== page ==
Monday, October 5, 2015, a Discover Birds program was held for home schoolers at the Halls Branch, Knox County Library.
KTOS members Doug Schneeberger, Billie Cantwell, Morton Massey and Merikay Waldvogel met with 13 home-schooled students and their parents who gathered at the library on beautiful clear day.
The group ranged in age from 4 through 12. Doug Schneeberger held them all in rapt attention as he showed them bird skeletons, feathers, and other interesting bird-related items that they could see at close range.
After Doug's session, Merikay handed out binoculars to each student and demonstrated how to use them.
The whole group then took a walk along the Halls Marsh Greenway. Near the start, they had a wide view of the wetlands.
A Northern Mockingbird was chattering away in a tree top and on the ground in the shadows, the students easily focused on an Eastern Towhee.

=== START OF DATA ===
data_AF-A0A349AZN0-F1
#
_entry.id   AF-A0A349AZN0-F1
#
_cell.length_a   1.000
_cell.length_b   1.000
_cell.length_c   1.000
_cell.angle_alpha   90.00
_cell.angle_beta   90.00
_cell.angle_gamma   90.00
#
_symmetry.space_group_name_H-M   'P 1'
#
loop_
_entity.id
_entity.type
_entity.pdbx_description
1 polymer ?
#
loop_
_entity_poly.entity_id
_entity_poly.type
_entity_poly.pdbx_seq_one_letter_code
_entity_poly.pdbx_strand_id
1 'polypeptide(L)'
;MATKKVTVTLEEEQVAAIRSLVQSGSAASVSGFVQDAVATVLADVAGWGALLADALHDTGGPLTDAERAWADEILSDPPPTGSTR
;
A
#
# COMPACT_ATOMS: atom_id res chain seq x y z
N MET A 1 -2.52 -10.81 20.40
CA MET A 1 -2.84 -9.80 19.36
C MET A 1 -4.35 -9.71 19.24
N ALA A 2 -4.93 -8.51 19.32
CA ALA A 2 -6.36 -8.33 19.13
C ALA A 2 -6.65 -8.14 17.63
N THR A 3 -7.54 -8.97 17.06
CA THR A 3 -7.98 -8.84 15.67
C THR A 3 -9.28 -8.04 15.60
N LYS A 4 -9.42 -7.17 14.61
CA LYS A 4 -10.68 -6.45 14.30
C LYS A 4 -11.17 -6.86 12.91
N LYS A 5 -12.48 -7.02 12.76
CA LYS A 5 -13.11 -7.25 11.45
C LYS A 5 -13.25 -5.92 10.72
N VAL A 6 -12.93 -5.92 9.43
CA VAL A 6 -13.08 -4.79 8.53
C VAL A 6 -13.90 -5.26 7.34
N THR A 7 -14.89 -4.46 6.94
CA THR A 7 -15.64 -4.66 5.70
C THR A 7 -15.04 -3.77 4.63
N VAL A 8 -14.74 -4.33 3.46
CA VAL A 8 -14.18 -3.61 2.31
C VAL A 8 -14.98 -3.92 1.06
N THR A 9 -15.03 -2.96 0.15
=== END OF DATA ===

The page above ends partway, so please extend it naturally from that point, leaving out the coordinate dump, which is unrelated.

Morton heard a Song Sparrow, but for the most part, the birds were quiet and the water was higher than normal. The students used their binoculars to get closer looks at tadpoles in the puddles and to spot the beaver lodge.
Below, Morton shows students a Downy Woodpecker on his phone bird app.
On the walk back, we heard Carolina Chickadees and got close-up looks of two crows on a wire.
Ebird. It included: Carolina Chickadee, Song Sparrow, Eastern Towhee, Northern Cardinal, American Crow, Blue Jay, Northern Mockingbird, Downy Woodpecker, and American Crow.
A special thank you to Billie Cantwell for providing the photos in this post and to our Discover Birds volunteers for making this program possible! A big thank you also to the home-school teachers and students who participated in the program and to Halls Branch Library for providing an excellent location!
Links and Resources:
Halls Branch--Knox County Library
KTOS on Facebook
Discover Birds Program
Discover Birds Activity Book
Discover Birds Curriculum Guide
Discover Birds in the Tennessee Conservationist
eBird at the Cornell Lab of Ornithology
Tennessee Watchable Wildlife--Birds
Cornell's free beginning birding app--Merlin Bird ID by Cornell Lab of Ornithology
Audubon Mobile Field Guides